‘Heartbeat bill’ sparks debate


Online Editor

Students are speaking out about the new Texas law banning abortion after about six weeks of pregnancy. The law is unique in that it deputizes private citizens to sue anyone they believe provided or aided in an abortion after the detection of a heartbeat and collect $10,000 if the lawsuit is successful. Patients now have two weeks after a missed period to confirm the pregnancy, find a provider and schedule the procedure before a heartbeat is detected, making an abortion extremely difficult, if not impossible to attain. 

“I personally believe this law is not right,” Alely Martinez, a psychology major, said. “Women should have the right to decide what they do with their bodies. I’m not for abortion but I’m not against it. I am pro-choice. You should have the option to do it without punishment.”

The United States Supreme Court did not vote to block the Texas ban.

“The Supreme Court not hearing it is different from them letting it proceed,” Aaron Faver, a professor of social sciences, said. “An advocate would really need to be putting pressure on the Senate, the House of Representatives and the President, instead of throwing tomatoes at the Supreme Court because they can’t stop state level activity,” he said. 

The House of Representatives passed a bill Sept. 24 called The Women’s Health Protection Act. The purpose of the bill is to cement the decision of Roe v. Wade, protecting a person’s right to terminate a pregnancy prior to fetal viability without interference from state restrictions. The bill needs to pass through the Senate and the President before it is signed into a law that the Supreme Court can defend.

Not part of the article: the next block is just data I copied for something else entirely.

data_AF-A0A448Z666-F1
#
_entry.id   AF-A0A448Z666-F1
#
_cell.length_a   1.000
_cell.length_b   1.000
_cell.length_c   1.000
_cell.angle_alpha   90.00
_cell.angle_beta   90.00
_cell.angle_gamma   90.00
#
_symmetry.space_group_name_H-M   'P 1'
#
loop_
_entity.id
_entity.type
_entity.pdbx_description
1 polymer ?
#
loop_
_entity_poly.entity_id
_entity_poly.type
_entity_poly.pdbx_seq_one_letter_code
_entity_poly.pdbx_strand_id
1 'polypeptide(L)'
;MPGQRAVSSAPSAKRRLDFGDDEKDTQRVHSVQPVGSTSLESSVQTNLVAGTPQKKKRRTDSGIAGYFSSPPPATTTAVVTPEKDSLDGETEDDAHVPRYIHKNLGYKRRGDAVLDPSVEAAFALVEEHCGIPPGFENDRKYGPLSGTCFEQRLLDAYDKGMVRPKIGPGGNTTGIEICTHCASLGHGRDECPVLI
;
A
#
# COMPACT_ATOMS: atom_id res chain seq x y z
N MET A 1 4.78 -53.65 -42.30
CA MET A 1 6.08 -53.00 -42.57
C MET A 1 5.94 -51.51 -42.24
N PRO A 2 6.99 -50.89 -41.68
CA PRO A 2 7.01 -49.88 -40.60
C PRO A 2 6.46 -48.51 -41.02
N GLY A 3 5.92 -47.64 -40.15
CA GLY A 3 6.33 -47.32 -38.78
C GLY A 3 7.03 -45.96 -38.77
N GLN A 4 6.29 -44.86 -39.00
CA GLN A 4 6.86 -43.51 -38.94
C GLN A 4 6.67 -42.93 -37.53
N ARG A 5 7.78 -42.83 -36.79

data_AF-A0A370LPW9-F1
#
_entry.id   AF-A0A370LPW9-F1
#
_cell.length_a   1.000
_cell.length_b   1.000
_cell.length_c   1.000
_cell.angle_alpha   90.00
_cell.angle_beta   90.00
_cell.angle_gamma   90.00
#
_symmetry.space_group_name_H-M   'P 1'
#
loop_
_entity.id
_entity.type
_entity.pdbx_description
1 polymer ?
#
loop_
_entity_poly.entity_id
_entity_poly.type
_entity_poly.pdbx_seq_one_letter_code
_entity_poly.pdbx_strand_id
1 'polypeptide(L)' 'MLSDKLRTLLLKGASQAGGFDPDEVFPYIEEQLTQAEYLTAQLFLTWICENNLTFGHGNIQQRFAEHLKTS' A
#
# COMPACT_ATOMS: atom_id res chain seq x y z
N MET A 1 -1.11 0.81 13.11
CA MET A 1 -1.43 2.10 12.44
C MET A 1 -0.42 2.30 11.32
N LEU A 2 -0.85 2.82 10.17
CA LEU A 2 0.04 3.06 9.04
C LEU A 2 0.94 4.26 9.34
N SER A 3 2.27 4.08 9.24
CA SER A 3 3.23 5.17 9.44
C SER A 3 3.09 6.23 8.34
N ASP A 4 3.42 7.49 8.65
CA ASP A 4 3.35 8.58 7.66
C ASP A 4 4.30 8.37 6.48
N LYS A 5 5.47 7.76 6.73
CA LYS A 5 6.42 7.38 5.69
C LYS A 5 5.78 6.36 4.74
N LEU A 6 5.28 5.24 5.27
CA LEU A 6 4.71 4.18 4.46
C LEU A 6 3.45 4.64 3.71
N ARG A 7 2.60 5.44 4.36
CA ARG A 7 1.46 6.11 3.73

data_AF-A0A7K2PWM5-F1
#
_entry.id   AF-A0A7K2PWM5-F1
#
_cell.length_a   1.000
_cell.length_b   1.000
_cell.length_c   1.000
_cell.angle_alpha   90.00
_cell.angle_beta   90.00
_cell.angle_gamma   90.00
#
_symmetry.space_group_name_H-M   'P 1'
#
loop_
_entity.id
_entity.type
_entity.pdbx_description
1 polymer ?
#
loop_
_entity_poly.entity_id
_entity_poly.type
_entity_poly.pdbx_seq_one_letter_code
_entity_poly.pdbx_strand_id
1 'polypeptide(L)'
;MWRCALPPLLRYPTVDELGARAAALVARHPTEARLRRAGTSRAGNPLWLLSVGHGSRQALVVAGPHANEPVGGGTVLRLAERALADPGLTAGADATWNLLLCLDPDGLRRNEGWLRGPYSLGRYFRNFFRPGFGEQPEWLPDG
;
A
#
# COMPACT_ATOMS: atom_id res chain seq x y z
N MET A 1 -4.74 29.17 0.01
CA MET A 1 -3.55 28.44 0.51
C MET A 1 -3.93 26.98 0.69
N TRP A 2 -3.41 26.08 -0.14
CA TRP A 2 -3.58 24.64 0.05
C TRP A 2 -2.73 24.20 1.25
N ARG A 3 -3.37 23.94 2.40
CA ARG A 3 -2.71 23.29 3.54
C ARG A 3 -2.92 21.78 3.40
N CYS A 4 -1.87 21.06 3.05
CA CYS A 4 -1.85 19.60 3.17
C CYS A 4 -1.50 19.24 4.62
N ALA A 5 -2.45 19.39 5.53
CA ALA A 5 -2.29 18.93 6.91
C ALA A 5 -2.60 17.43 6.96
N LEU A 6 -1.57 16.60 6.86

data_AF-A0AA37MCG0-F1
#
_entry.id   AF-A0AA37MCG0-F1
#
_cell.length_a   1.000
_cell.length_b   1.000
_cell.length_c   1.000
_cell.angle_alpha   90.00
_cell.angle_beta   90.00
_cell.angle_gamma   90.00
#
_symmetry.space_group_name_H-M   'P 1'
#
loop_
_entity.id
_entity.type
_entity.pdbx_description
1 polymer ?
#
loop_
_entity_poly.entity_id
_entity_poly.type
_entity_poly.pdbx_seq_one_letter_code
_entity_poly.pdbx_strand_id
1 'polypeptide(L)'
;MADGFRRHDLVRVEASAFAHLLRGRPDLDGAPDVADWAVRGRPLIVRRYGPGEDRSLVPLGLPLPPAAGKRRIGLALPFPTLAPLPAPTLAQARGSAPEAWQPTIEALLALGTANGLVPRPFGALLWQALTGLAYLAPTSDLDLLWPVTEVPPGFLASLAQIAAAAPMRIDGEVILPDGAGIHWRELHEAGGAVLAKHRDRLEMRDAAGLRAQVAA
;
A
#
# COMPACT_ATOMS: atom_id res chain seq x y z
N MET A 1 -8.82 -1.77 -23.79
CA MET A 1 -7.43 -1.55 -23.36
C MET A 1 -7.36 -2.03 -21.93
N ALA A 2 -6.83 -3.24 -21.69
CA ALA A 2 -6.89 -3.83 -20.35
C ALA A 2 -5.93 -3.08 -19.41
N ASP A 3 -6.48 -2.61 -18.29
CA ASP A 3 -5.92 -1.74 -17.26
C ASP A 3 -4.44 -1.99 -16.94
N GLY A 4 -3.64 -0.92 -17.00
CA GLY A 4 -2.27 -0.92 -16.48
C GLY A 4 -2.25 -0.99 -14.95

“I don’t agree with abortion, but I think everybody has the right to make their decision, and just because I disagree doesn’t mean I should make the choice for anybody else,” Addison Murray, a nursing major, said.

At midnight, after the law banning abortion went into effect, many clinics in Texas stopped performing the procedure and stopped making new appointments.

“I am personally very against abortion, I’m pro-life because of my religious beliefs,” Sarah Amstutz, a mass media major, said. “However, I don’t agree with the abortion law. I believe that people are going to make some really unhealthy choices to fix unplanned pregnancies that could result in bodily harm, that concerns me.”

Amstutz criticized Governor Abbott for signing the controversial bill into law.

“I feel like Governor Abbott is trying to have a pissing contest with the rest of the country,” Amstutz said. “I disagree with a lot of his policies. There are children being exposed to COVID in the schools right now, and he said that you can’t make somebody wear a mask and then made abortion after you can detect a heartbeat illegal. To me it just doesn’t make sense.”

The law makes exceptions for medical emergencies, but not for cases of rape or incest. During a news conference Sept. 7, Governor Abbott addressed this by saying “Rape is a crime, and Texas will work tirelessly to make sure that we eliminate all rapists from the streets of Texas by aggressively going out and arresting them and prosecuting them and getting them off the streets.”

The United States Justice Department announced Sept. 9 that it would be suing the state of Texas, and a federal judge will conduct a hearing Oct. 1 to review a possible temporary banning of the law. 

“The law just went into place so there are no damages to prove in the lawsuit yet,” Faver said. “It’s very likely that the Department of Justice will have a difficult time arguing if there are no damages. It’s complicated by the simple fact that it’s so early right now. We’re going to have to wait and see.”

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